Overwrite Hard Drive with Zeros on Linux: Fast & Easy!

Did you buy a used Hard Drive and are now uncomfortable using it as it is? Well, there is a safe way to make sure you completely wipe that Drive. We achieve this by Overwriting the Hard Drive with Zeros. We are going to use Linux to do this. Linux comes pre-equipped for that task with a tool called Shred.

Step 1 – Selecting the correct Hard Drive

We first need to find out which Drive Letter our Hard Drive has so we are not accidentally erasing the wrong Hard Drive.

sudo fdisk -l

Now find your Hard Drive by using its Size as an Indicator. My external Drive is 3TB, so it’s pretty easy to distinguish from my other Drives.

Overwrite Hard Drive with Zeros
Overwrite Hard Drives with Zeros: Finding the correct Hard Drive

My Drive has the Drive Letters sde.

Step 2 – Overwrite the Hard Drive with Zeros using Shred

Now we are going to Overwrite our Hard Drive with Zeros. Double and triple-check if you really have the correct drive selected. That thing will get wiped clean after running the next command.

sudo shred -v -n1 -z /dev/sdX

The -v Tag stands for Verbose, the -n1 Tag stands for “One Time” and the -z Tag stands for Zeros. So Shred will run one time verbosely using the Overwrite with Zeros procedure.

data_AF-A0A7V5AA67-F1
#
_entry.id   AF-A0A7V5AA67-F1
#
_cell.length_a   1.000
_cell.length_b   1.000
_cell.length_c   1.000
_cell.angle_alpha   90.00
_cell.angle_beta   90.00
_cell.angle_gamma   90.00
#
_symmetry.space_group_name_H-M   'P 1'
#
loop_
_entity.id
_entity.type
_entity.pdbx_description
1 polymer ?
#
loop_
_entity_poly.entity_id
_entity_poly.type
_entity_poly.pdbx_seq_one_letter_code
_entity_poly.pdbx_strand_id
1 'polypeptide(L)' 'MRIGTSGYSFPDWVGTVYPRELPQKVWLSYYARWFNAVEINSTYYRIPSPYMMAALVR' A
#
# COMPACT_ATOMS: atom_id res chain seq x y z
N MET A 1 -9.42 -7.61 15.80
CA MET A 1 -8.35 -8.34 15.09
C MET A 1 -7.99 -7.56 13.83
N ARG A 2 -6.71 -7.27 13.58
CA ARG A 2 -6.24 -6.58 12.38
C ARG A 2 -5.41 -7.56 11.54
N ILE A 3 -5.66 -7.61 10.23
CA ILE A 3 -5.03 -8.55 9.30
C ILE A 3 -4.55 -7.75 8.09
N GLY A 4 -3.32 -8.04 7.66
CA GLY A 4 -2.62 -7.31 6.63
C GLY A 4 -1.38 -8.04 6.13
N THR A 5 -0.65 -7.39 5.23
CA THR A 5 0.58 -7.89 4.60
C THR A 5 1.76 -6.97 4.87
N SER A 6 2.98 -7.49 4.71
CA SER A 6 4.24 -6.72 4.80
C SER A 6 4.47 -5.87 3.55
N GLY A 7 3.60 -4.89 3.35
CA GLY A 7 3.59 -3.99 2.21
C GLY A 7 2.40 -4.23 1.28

Overwrite Hard Drive with Zeros

Now you better occupy yourself with something time-consuming like Installing FOG Server or reading through some more awesome Open Source Tutorials, because this is gonna take a LONG time. Depending on the size of your Drive, it can take several hours to finish. For my 3 TB Drive, it will probably take around 10 Hours.

Once the procedure is finished, we have to format the Drive using GParted.

Step 3 – Format the Drive using Gparted

If you haven’t installed Gparted yet, first do that.

sudo apt-get update -y
sudo apt-get install gpartedCode language: JavaScript (javascript)

Run Gparted by typing:


Or simply via your Start Menu.

Overwrite Hard Drive with Zeros

Now make sure you select the correct Hard Drive from the Upper Right Corner. After that, select Device -> Create Partition Table.

How to Overwrite Hard Drive with Zeros

Next, right-click the unallocated space and select New. Choose NTFS as the Format and click Add.

Overwrite Hard Drive with Zeros

Now click on the Checkmark to Apply the operation. Don’t be confused by the File Size in the next Image, I had to continue this Tutorial on another Day and haven’t had the original Hard Drive at hand anymore.

Overwrite Hard Drive with Zeros

Once the Operation is finished, your Drive is cleanly formatted and ready to use!


You see, it is really easy to Overwrite a Hard Drive with Zeros on Linux. Now you have completely wiped all Data from the Drive, and it is safe to use again.

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